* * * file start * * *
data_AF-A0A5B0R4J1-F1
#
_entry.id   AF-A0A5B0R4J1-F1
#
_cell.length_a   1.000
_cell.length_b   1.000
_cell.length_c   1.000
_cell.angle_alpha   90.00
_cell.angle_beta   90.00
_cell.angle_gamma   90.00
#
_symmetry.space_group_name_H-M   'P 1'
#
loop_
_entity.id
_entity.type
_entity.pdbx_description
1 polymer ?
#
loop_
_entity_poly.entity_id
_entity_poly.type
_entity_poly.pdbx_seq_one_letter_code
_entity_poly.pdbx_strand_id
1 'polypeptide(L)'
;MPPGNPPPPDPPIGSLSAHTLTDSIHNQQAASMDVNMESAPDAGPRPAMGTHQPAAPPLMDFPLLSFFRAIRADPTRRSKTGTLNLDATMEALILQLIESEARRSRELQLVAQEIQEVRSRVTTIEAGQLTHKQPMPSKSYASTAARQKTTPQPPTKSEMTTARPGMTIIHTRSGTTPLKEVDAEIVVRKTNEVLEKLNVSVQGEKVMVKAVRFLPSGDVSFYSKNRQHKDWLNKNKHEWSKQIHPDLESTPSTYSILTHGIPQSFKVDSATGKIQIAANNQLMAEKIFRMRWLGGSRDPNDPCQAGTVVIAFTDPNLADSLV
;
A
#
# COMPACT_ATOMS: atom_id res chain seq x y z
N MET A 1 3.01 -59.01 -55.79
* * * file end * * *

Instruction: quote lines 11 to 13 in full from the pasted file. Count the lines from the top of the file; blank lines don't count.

#
_symmetry.space_group_name_H-M   'P 1'
#